Learning how to do a handstand is one of the most important steps to becoming a good gymnast ... It is one of the first moves that gymnasts learn.

Manual for Acrobatics: Handstand, hand to hand, banquine ( 50 p.)

Can Pre-Service Physical Education Majors Identify Learning Standards During Authentic Teaching Episodes?

Mike Kniffin, John Foley, Lynn Couturier MacDonald and Kath Howarth
The State University of New York - Cortland

Abstract

Only a handful of research studies have been conducted to determine whether or not physical educators or pre-service physical education teachers are utilizing learning standards in their teaching. While pre-service teachers are typically required to align lesson objectives and content, their extent of their understanding of how learning standards are implemented in actual teaching is unknown. The purpose of this study was to determine if undergraduate physical education majors could identify instances and non-instances of physical education teachers incorporating learning standards in their lessons. Pre-service teachers viewed a series of secondary physical education teaching episodes captured on digital video recordings. The inter-agreement (IOA) scores for 101 physical education majors ranged from 65%-82% for the four New York State Learning Standards and from 51%-98% for the six National Association of Sport and Physical Education Standards. The researchers found that participants had the most difficulty identifying New York State Learning Standard 2 and National Association of Sport and Physical Education Learning Standard 5, with IOA scores of 65% and 51% respectively. Both of these standards involve personal and social responsibility and fall within the affective domain.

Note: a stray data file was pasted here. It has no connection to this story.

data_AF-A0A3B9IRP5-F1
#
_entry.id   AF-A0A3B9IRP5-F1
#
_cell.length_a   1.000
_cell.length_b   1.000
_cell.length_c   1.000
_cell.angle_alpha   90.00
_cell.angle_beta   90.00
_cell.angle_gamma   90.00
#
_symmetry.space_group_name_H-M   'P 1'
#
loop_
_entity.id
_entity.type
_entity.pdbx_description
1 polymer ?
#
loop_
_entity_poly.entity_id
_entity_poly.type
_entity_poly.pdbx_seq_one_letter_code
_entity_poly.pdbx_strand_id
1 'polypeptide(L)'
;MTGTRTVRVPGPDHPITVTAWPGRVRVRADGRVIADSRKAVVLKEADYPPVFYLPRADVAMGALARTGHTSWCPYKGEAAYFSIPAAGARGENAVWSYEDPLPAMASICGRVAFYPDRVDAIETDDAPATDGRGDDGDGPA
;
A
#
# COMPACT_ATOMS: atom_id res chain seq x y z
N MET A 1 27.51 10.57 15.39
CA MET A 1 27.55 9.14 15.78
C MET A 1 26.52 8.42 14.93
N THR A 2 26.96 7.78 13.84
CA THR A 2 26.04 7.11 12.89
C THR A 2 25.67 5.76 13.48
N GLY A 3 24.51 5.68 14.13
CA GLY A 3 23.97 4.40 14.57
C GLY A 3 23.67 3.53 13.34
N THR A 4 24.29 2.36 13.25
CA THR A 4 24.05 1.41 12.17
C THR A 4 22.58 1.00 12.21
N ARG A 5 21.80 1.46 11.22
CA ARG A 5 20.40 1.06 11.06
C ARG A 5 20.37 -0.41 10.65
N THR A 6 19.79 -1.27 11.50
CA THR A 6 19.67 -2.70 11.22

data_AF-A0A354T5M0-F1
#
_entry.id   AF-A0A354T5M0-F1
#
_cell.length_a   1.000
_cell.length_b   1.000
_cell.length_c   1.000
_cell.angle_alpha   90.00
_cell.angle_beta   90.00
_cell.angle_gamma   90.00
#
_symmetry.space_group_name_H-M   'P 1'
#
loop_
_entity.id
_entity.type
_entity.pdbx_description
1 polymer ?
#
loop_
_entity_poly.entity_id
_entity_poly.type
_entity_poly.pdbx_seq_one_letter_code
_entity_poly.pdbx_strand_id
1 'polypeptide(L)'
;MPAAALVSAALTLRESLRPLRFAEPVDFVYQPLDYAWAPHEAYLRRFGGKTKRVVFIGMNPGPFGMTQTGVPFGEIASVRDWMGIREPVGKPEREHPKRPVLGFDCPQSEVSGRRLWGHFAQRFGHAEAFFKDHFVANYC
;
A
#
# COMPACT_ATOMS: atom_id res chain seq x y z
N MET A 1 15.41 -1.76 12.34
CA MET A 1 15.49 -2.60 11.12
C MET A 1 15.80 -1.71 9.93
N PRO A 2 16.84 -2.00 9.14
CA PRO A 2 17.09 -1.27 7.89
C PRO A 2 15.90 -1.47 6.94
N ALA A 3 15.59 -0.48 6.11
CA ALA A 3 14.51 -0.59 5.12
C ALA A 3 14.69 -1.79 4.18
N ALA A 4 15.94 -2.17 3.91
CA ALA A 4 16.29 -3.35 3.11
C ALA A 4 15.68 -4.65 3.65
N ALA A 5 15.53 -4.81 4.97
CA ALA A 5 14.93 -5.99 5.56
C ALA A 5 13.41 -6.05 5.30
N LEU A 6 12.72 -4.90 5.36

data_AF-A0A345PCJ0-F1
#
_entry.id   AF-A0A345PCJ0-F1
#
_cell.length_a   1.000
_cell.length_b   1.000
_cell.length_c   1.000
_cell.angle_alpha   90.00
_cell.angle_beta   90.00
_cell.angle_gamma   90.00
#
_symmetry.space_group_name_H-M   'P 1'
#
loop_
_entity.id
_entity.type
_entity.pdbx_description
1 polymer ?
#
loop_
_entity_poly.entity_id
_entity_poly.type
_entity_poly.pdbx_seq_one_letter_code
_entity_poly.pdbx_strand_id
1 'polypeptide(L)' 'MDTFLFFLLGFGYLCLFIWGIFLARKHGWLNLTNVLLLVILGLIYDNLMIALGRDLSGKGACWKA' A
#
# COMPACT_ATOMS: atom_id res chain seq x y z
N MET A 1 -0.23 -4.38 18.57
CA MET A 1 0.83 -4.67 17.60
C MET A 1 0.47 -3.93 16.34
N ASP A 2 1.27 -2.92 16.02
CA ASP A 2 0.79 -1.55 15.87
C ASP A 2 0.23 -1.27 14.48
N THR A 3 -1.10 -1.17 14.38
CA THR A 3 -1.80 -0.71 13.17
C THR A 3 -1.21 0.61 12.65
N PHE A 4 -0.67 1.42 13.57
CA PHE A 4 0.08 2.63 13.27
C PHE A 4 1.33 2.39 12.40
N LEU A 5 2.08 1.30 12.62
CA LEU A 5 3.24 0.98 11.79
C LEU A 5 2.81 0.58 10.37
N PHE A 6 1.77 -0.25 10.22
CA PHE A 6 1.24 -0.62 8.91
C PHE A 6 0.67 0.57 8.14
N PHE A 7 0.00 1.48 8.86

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The Effects of Role Modeling on Technology Integration within Physical Education Teacher Education

Dr. Helena Baert Assistant Professor Physical Education SUNY Cortland, NY, USA
Abigail Stewart, BSc Candidate, SUNY Cortland

Abstract

The national standards for physical education teacher education (PETE) in the US state that teacher candidates should be able to plan and implement technology infused lessons that meet lesson objectives and enhance learning in physical education (standard 3.7). Research shows that role modeling of technology integration can have a positive impact on the attitudes teacher candidates have in relation to integrating technology that as a result will enhance learning (Mishra & Koehler, 2006). The purpose of the study was to examine the perceptions of physical education teacher candidates on the integration of technology within a large PETE program that does not require pre-service teachers to take an undergraduate technology course; rather, technology is embedded within the program. In addition, the effects of role modeling by current and past university professors on technology integration were evaluated. This study used the Technological, Pedagogical, and Content Knowledge (TPACK) framework as the theoretical foundation and examined the effect of role modeling on the seven different constructs that make up the TPACK framework (Mishra & Koehler, 2006) using a survey adopted from Schmidt et al. (2009). Results showed that pre-service teachers perceived high levels of TPACK. Role modeling of technology made a significant impact on their perceived levels of technological knowledge (TK), technological content knowledge (TCK), technological pedagogical knowledge (TPK) and technological, pedagogical content knowledge (TPACK). The types of technologies modeled within the PETE program were focused around computer technologies, physical activity monitoring, and video feedback. Further research is encouraged to evaluate and compare perceived and actual TPACK levels of pre-service teachers.